Third, we continue supporting Hong Kong to participate in international and regional economic cooperation, thereby cementing and improving its status as an international financial, trade and shipping center. The central government also actively promotes FTA negotiations between Hong Kong and the ASEAN. I can tell you the negotiation has made positive progress.

Fourth, we support Hong Kong to participate in the establishment of four trial free trade zones of mainland, especially in the construction of the China (Guangdong) Pilot Free Trade Zone. Since the Guangdong zone was set up in last April, Hong Kong has been playing an active role in finance and transportation. And in the pilot zone, there are many opening-up policies and areas that can be described as "specially designed" for further promoting the cooperation between Guangdong Province and Hong Kong. At the same time, we will continue supporting Hong Kong and let it share the policy dividend from our opening-up and reform policy even more, and we will work hard for Hong Kong's economic development. Thank you.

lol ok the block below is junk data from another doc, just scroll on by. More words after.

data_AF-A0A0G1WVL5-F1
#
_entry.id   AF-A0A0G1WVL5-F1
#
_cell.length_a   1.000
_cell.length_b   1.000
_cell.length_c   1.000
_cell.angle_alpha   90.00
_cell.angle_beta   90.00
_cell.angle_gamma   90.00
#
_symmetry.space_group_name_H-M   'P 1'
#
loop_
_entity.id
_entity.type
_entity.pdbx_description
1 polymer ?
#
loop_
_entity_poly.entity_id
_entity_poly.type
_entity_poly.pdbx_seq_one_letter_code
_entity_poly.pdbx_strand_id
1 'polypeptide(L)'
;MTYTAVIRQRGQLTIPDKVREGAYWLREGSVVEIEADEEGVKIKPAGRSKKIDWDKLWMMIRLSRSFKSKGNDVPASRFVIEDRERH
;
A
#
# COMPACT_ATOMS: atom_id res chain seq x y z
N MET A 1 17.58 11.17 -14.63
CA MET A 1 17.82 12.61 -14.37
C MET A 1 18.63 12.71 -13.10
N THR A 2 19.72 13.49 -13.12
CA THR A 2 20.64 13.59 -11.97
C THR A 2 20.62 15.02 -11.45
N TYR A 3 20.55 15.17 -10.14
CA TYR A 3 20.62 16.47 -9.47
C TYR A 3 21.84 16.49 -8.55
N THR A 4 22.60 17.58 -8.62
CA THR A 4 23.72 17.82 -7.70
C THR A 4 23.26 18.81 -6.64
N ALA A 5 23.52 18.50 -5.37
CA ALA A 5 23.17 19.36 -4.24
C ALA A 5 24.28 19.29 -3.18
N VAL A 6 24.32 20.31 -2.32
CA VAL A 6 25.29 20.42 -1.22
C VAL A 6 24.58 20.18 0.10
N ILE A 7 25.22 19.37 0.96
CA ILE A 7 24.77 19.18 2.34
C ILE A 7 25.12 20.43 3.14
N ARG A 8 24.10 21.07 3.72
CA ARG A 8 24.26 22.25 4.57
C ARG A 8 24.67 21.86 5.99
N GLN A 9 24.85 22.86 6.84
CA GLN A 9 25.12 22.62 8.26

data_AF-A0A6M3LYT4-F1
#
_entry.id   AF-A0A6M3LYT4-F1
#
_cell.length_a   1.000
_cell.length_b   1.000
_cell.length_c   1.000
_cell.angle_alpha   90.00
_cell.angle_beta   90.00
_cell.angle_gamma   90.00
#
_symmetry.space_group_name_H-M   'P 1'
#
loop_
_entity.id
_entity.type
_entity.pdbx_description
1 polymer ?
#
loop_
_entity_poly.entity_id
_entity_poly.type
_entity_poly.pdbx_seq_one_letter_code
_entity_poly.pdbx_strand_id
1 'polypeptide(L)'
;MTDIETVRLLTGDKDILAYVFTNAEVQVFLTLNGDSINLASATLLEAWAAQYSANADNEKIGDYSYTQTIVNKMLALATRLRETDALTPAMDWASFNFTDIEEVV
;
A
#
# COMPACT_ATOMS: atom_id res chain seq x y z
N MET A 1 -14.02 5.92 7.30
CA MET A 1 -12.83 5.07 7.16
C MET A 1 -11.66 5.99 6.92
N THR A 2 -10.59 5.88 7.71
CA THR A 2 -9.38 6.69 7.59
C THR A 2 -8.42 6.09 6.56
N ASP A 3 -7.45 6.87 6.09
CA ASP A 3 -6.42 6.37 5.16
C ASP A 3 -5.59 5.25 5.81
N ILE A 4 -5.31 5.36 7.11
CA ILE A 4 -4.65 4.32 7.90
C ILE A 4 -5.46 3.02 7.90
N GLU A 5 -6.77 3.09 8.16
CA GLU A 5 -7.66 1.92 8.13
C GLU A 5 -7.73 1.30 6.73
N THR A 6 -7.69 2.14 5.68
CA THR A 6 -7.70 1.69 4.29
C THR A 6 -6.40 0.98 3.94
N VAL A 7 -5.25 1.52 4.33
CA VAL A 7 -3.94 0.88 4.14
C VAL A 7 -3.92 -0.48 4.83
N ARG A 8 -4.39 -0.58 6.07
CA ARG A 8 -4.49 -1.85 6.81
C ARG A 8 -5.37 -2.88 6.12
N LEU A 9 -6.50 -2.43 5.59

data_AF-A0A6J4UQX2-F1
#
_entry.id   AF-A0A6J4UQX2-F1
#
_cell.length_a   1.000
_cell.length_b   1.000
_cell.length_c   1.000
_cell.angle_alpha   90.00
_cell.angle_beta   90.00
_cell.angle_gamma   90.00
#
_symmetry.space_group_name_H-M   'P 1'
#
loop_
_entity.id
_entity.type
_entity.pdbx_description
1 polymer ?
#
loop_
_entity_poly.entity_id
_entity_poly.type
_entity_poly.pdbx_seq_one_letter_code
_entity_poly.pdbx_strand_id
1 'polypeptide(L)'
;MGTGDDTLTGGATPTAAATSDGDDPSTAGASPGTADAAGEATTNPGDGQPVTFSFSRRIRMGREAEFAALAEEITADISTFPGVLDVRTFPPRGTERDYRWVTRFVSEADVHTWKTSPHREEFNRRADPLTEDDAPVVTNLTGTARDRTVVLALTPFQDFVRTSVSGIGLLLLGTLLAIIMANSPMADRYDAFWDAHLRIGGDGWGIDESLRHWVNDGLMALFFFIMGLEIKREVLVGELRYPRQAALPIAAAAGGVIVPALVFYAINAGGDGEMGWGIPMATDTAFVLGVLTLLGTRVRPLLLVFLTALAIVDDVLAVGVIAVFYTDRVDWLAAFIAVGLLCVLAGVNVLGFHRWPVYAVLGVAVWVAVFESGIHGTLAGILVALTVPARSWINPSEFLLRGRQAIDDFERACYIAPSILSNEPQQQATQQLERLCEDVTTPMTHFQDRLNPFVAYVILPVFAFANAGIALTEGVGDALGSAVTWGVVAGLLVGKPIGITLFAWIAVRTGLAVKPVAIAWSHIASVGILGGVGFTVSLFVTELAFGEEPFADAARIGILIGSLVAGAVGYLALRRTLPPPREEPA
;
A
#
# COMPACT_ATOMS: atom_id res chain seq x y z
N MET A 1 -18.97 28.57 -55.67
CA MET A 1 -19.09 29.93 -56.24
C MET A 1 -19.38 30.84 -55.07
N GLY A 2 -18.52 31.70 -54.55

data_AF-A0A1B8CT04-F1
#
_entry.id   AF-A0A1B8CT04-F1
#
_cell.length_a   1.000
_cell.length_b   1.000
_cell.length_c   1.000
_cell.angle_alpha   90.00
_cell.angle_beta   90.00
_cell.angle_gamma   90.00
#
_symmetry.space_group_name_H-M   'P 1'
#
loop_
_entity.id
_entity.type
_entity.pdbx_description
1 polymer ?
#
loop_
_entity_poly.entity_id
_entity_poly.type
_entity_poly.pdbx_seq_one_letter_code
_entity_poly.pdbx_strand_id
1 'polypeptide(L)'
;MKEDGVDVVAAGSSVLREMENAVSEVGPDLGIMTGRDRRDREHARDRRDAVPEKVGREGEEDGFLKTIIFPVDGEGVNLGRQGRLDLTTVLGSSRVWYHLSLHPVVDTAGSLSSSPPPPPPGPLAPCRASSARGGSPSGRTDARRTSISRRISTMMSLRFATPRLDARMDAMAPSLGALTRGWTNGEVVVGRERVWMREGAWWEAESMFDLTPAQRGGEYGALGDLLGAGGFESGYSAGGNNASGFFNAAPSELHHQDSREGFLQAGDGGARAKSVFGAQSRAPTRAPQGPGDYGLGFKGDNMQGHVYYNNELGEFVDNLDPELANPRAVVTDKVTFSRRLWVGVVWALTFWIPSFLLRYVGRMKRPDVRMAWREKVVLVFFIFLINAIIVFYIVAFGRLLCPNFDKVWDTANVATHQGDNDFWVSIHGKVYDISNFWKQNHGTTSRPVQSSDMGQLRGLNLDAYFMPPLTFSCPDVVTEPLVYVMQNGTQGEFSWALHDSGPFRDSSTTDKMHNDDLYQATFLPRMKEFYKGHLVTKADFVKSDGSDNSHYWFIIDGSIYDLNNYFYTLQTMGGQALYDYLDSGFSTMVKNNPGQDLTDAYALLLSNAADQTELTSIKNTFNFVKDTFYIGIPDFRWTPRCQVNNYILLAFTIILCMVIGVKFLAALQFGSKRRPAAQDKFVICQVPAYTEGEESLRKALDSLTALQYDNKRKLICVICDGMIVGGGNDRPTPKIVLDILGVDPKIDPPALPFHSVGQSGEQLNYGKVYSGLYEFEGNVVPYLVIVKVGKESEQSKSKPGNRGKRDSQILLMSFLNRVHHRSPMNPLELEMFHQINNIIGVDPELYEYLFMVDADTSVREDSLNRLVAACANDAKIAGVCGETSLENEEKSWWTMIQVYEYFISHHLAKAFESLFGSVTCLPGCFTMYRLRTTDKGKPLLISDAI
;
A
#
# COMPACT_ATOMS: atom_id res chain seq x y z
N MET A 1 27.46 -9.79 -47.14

China is leading the arrangement of the Japan-China-South Korea Free Trade Agreement, but the level of its liberation is not very high. The negotiation has made little progress. Some people in Japan think this is because China is not willing to accept the high level of liberation. I welcome Mr. Gao's response. Thanks.

Gao Hucheng: